County officials are eyeing a specific group of people to sign up for the government-administered health-care marketplace — jail inmates.

In a memo written by County Administrator Chuck Huckelberry, he said he believes the county could save as much as $300,000 a year if those leaving the Pima County jail were enrolled in either the Arizona Health Care Cost Containment System, which is the state’s Medicaid system, or with a provider associated with the federal government’s new Affordable Care Act insurance system.

A county study conducted in spring 2013 showed that about 70 inmates released every day into the Tucson community — many with serious medical conditions or a history of mental illness — had no health insurance.

The same study estimated that nearly 40 percent of the inmate population in the county jail, which houses about 2,000 people on a given day, has some type of chronic medical condition such as diabetes or hypertension.

“For many of these individuals the primary source of health care has become PCADC (jail) since they are unable to access or re-enter care in the community without insurance unless they present to a hospital emergency room, which is required to provide care under federal law,” Huckelberry wrote.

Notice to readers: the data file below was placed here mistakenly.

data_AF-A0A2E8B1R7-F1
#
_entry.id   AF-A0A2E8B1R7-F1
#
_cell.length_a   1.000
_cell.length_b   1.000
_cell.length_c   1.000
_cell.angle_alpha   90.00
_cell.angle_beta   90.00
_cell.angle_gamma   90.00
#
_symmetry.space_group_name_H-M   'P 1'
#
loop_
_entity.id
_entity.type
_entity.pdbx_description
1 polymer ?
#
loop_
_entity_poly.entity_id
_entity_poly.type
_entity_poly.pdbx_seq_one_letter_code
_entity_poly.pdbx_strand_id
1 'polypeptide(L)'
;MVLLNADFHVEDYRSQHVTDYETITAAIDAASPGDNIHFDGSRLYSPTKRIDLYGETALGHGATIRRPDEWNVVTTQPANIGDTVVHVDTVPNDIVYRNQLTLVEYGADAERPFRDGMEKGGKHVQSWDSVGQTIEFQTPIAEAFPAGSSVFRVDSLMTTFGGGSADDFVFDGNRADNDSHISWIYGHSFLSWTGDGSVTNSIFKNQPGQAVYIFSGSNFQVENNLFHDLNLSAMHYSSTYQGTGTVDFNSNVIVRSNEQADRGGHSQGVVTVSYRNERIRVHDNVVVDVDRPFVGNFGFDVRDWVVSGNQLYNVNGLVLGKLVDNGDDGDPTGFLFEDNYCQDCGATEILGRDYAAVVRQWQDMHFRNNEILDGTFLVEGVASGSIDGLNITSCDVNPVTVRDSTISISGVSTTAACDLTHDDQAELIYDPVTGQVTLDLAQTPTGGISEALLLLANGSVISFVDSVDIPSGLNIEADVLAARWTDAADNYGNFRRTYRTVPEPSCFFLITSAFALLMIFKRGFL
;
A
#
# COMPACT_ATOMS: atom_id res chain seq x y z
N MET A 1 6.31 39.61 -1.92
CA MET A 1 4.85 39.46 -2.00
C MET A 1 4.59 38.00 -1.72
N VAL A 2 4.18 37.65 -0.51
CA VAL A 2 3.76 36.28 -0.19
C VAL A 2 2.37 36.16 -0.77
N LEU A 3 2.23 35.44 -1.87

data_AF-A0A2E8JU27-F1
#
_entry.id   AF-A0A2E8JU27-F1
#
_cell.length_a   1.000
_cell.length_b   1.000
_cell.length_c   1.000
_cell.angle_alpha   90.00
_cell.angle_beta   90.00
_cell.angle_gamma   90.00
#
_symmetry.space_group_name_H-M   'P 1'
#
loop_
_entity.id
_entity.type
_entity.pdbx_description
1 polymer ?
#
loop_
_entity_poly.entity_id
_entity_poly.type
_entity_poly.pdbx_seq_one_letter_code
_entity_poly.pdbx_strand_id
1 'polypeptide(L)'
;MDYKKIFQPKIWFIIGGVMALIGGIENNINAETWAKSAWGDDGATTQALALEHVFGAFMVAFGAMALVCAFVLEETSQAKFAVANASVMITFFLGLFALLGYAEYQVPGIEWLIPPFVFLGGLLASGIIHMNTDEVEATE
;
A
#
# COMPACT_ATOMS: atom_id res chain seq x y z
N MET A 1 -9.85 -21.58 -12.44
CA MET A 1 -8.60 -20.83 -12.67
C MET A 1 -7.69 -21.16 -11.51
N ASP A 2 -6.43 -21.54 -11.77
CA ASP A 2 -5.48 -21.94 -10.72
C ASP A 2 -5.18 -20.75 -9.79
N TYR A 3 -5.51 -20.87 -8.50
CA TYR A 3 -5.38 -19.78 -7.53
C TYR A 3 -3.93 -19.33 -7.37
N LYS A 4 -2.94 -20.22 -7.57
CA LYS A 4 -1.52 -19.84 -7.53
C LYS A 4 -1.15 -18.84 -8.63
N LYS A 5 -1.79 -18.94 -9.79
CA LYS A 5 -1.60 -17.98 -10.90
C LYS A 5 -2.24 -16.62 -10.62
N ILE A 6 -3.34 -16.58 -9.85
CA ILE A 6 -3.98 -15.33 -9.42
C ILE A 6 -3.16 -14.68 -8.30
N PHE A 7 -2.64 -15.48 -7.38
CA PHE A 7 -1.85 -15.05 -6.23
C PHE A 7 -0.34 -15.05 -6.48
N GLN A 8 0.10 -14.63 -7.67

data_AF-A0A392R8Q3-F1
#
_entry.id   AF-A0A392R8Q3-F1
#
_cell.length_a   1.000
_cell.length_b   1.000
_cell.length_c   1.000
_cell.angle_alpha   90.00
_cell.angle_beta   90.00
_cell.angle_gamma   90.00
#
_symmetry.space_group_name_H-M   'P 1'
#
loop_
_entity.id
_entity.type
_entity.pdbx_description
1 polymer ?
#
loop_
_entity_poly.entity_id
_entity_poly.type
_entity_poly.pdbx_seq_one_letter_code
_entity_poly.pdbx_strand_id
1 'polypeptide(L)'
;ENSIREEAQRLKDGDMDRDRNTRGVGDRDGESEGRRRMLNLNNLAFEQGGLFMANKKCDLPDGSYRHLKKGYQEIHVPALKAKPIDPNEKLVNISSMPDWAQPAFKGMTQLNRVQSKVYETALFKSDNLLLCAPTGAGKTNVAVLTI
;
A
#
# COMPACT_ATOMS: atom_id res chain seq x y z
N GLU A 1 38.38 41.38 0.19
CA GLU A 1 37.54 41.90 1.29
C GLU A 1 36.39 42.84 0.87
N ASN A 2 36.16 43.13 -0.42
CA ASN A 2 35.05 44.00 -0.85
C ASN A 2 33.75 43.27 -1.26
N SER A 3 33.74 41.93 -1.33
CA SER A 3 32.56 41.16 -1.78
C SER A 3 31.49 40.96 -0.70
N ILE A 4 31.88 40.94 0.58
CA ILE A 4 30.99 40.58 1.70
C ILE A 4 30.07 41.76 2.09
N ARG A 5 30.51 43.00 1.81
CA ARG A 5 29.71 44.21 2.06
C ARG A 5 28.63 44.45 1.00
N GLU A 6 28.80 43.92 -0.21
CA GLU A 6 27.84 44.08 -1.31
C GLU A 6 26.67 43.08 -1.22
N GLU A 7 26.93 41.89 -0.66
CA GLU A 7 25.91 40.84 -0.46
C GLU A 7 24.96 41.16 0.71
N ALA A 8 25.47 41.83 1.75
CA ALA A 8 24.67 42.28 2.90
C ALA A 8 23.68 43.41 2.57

It’s estimated that slightly more than half the inmates housed at the jail are treated for mental-health problems.

An estimated 8 percent of the jail’s population is designated as seriously mentally ill, according to the report.

Roughly 80 percent of the jail’s annual medication budget is spent on psychotropic prescriptions, Huckelberry wrote.

“Clearly,” he added, the jail “is Southern Arizona’s largest mental health provider.”

The goal, Huckelberry wrote, is to register inmates for health care, which they can use upon release. 



Reporter with the Arizona Daily Star. I cover politics as well as the city of Tucson and other municipalities in Southern Arizona.